Timeline: Nuclear negotiations

North Korea claims to have carried out its first nuclear weapons test, but Pyongyang has been using the threat of nuclear activity as a bargaining tool for years.

Pyongyang agreed to halts its nuclear programme in 1994
Pyongyang agreed to halts its nuclear programme in 1994

1993: North Korea threatens to quit the nuclear non-proliferation treaty.

1994: North Korea signs an agreement with the United States pledging to stop, and eventually dismantle, its nuclear weapons programme in exchange for help to build two nuclear reactors for energy production.

July 2000: North Korea threatens to restart its nuclear programme after delays to the two power plants.

June 2001: North Korea says it will reconsider its suspension of missile tests if Washington does not resumes talks intended at normalising relations between the two countries.

July 2001: US state department reports that North Korea is developing a long-range missile.

December 2001: George Bush, the US president, tells North Korea and Iraq that they will be “held accountable” if they develop weapons of mass destruction.

October 2002: The United States says Pyongyang has admitted running a secret uranium enrichment programme in violation of the 1994 agreement.

November 2002: The United States, Japan and South Korea halt oil supplies to North Korea which were promised under the 1994 deal.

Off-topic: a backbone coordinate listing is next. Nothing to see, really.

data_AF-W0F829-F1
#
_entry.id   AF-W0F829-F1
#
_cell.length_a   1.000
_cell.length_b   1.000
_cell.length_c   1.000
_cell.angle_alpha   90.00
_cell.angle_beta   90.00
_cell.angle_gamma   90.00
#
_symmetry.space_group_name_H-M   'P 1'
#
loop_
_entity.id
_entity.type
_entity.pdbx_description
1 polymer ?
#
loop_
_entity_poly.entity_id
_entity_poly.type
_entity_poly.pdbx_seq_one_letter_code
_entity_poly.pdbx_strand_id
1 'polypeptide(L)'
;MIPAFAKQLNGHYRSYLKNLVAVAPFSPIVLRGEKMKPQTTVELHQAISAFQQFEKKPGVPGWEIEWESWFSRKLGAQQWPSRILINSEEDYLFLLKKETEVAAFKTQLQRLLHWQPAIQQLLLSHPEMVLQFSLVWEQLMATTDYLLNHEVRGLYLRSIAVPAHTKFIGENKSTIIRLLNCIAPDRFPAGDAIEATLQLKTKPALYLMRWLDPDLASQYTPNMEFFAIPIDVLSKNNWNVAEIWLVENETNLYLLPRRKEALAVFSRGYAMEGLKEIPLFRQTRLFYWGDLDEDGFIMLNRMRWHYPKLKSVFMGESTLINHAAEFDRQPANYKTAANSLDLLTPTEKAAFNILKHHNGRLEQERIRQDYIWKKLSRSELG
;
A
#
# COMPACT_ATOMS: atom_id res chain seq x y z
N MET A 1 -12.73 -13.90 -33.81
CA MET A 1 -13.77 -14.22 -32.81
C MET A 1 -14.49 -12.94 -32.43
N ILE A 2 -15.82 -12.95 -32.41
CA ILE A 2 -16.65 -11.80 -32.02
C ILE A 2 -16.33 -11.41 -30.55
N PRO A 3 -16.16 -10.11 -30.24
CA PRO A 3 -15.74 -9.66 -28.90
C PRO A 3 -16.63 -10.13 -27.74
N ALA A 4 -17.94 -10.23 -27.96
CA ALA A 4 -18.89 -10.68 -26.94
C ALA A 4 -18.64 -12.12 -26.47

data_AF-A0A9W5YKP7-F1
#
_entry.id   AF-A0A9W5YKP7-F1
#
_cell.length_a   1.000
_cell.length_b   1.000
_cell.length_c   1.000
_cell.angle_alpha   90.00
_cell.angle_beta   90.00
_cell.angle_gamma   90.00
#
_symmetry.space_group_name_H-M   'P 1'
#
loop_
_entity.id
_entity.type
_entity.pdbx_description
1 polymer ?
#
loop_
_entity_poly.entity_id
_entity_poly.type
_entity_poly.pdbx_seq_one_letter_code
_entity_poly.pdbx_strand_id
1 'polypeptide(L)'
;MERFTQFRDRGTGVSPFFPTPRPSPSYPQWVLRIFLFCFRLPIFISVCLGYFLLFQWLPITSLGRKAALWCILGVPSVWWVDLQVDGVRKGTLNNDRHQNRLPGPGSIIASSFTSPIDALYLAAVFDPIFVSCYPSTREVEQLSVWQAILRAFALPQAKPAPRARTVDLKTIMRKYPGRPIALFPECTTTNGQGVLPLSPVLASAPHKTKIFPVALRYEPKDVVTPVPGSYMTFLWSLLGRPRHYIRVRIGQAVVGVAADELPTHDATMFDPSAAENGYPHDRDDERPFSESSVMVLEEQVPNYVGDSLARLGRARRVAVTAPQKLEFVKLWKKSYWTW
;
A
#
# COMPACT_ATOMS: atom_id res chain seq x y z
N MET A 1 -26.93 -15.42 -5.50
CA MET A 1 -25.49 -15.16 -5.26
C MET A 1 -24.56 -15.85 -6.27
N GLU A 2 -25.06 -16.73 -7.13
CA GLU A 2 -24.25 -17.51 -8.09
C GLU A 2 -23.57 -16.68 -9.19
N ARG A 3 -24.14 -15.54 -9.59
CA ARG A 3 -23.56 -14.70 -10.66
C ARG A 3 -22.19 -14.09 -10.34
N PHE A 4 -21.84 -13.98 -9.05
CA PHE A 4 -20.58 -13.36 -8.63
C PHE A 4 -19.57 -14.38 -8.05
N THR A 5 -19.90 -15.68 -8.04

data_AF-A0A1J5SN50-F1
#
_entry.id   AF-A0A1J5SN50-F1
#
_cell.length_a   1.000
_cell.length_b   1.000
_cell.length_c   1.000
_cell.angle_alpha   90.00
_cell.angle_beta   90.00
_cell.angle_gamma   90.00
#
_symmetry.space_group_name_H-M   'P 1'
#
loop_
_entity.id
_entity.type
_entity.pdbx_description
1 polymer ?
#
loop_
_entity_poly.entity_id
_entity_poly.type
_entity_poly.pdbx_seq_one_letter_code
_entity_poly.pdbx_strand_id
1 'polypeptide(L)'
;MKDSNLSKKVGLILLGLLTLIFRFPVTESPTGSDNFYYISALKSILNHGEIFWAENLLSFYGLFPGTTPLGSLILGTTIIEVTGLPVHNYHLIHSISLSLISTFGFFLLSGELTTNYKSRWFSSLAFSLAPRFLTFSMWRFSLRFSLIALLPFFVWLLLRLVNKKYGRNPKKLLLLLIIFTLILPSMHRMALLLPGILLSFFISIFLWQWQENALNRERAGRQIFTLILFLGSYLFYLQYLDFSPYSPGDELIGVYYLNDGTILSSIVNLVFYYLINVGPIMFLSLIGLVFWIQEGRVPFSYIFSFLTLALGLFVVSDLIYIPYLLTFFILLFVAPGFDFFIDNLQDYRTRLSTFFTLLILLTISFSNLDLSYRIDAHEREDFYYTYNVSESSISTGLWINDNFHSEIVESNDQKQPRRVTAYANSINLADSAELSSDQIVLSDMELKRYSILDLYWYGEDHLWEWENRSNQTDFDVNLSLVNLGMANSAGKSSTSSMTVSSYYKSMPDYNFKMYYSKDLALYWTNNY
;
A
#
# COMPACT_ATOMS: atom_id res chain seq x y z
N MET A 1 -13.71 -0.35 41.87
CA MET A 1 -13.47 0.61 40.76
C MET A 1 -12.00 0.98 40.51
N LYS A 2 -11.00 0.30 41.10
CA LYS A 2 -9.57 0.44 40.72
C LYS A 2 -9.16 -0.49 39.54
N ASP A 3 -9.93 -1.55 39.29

North Korea test-fired seven missiles in July

North Korea test-fired seven
missiles in July

December 2002: North Korea refuses to open its nuclear facilities to inspection and asks the International Atomic Energy Agency to remove seals and surveillance equipment from its Yongbyon plant.

January 2003: Pyongyang says it has withdrawn form the nuclear non-proliferation treaty.

April 2003: North Korea claims it has nuclear weapons and may test, export or use them depending on US actions, Washington says.

August 2003: The first round of six-nation nuclear talks are held in Beijing, including China, the United States, Japan, Russia, and the two Koreas.

February 2004: Second round of six-nation talks.

June 2004: Third round of talks.

September 2004: North Korea refuses to attend the fourth round of talks accusing the US of “hostile” policies.

February 2005: North Korea announces it has nuclear weapons.

July 2005: Fourth round of six-nation talks eventually begins but ends in recess after 13 days with no agreement made.

September 15, 2005: A Macau-based bank is blacklisted by the US for alleged involvement in North Korea’s illegal financial activities. The bank responds by freezing North Korean assets.

September 19, 2005: Pyongyang offers to dismantle its nuclear programmes in exchange for energy assistance. The US agrees not to invade and to respect North Korea’s sovereignty.

November 2005: Fifth round of six-nation talks.

January 2006: North Korea says it will not return to talks unless the US lifts financial sanctions imposed because of its alleged currency counterfeiting and other illegal activities.

July 2006: North Korea launches seven missiles into the Sea of Japan, including a long-range Taepodong-2, drawing international condemnation and a UN security council resolution condemning it.

September 2006: North Korea rejects further talks on its nuclear programme, saying that Washington wants to rule the world.

October 2006: North Korea says it has conducted its first-nuclear weapons test.

Source : News Agencies

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